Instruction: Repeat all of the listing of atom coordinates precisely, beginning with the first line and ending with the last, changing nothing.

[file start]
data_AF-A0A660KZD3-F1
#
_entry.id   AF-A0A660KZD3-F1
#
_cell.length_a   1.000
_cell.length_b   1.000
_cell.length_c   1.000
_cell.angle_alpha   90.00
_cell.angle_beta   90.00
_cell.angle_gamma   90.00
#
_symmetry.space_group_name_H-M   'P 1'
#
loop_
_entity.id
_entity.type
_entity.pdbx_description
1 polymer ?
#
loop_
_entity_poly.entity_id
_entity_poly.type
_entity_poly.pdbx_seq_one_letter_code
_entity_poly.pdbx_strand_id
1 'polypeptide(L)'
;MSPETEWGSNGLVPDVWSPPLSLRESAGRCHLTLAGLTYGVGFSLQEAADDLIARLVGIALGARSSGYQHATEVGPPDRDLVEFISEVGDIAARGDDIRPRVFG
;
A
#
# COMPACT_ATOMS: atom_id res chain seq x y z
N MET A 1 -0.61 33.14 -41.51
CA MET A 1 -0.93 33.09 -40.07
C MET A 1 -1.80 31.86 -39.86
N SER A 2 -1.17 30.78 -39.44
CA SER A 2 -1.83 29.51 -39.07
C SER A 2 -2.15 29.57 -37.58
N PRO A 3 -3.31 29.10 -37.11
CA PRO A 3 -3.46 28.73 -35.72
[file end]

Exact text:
data_AF-A0A660KZD3-F1
#
_entry.id   AF-A0A660KZD3-F1
#
_cell.length_a   1.000
_cell.length_b   1.000
_cell.length_c   1.000
_cell.angle_alpha   90.00
_cell.angle_beta   90.00
_cell.angle_gamma   90.00
#
_symmetry.space_group_name_H-M   'P 1'
#
loop_
_entity.id
_entity.type
_entity.pdbx_description
1 polymer ?
#
loop_
_entity_poly.entity_id
_entity_poly.type
_entity_poly.pdbx_seq_one_letter_code
_entity_poly.pdbx_strand_id
1 'polypeptide(L)'
;MSPETEWGSNGLVPDVWSPPLSLRESAGRCHLTLAGLTYGVGFSLQEAADDLIARLVGIALGARSSGYQHATEVGPPDRDLVEFISEVGDIAARGDDIRPRVFG
;
A
#
# COMPACT_ATOMS: atom_id res chain seq x y z
N MET A 1 -0.61 33.14 -41.51
CA MET A 1 -0.93 33.09 -40.07
C MET A 1 -1.80 31.86 -39.86
N SER A 2 -1.17 30.78 -39.44
CA SER A 2 -1.83 29.51 -39.07
C SER A 2 -2.15 29.57 -37.58
N PRO A 3 -3.31 29.10 -37.11
CA PRO A 3 -3.46 28.73 -35.72